Closest distance between 2 features

CorsabrinCorsabrin Global Mapper UserPosts: 29
Hi all

I am trying to find the spatial error between two sets of point feature data (one truth, one measured). I have 500 number of points in each set.

To explain further, for example in the 'measured' set of data, one particular point may be slightly offset from the point that is represented in the truth data. So the spatial error I'm referring to is the spatial distance between two supposedly same points. I need to do this for the entire 500 points.

May I know how can I do that in GM? Using GM 16.1

Regards
Corse

Best Answer

  • MykleMykle Global Mapper User Posts: 446
    Answer ✓
    Corse,

    I'd do a lot of the work in a spreadsheet, not immediately knowing how to get it done in Global Mapper.

    Unless your two data sets are in a spreadsheet-compatible format, like CSV, you would need to export the data from GM. We assume that each point has a label that is included with each point, and an attribute for each point that identifies truth or measured (or add it in the spreadsheet).

    Both data sets can be imported into the spreadsheet, if they are not already in one file. We want all of the data to be included on one spreadsheet.

    Sort on the label column, and the attribute (truth/measured).

    Copy-and-paste the results into a new CSV file (the file will be tab-delimited if done in Excel, for example).

    Import into GM as line data, on the tab for "Text File Import Options" set the "Break Line/Area Features on Change in Field" to the column number for your labels. You should wind up with a set of individual lines between each pair of points (truth/measured).

    In the Overlay Control Center, turn off all layers except your new layer with lines. (you may not need to do this, but it makes the explanation simple)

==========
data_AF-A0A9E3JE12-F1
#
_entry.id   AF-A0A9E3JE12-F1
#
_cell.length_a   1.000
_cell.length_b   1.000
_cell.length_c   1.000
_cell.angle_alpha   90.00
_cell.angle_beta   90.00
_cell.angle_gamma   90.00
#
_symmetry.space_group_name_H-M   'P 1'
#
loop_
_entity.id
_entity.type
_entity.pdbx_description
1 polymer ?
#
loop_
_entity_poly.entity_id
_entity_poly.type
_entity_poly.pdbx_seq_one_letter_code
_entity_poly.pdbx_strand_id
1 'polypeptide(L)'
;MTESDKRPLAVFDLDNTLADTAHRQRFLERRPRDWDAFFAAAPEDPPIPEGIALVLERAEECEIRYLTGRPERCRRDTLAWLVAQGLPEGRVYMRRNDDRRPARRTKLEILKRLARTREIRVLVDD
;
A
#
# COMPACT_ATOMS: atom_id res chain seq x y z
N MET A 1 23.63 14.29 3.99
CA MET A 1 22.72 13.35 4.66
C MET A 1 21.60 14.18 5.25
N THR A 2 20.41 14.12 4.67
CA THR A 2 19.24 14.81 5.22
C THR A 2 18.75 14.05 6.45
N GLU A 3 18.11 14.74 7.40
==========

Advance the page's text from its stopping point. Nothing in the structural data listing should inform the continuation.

Using the digitizer tool, select all of your lines (draw a box around them),
    then right-click and select "Attribute/Style Functions",
    then select "Add/Update the Measure Attributes of Selected Feature(s)".

    Select one of your lines, right-click and choose Edit (or double-click on a line), and note the attributes that have been added that include length and bearing.

    Use | Search | Search by Attributes, Name, and Description
    to display your lines and attributes.

    In the Search window, you can use the "Select All" button at the bottom, then right-click on the marked data and select "Copy the Selected Results to the Clipboard as Text" and paste the content into a spreadsheet. The results may not be parsed into separate columns (the first column contains the entire data record). In Excel you can select the first column, then use the Text to Columns function to parse on commas.

    The lines and attributes can be exported to a file for further work. Note that since these are now lines and not points, CSV is not a suitable format. Simple ASCII Text File will work, but there may be another text file format that may work better for you. The simple file will have a set of records for each of your lines, while it may be easier to work with a format with one record for each line and attributes that are comma- or tab-delimited. (the search window method may be the easiest way to extract the data for further work)

    Many picky details have been omitted in this long-enough description, so feel free to ask for more detail.

    As usual, Global Mapper is one tool that you have available, along with other programs (spreadsheet). Use them together, and use the strengths of each program to work with your data.

    Mykle
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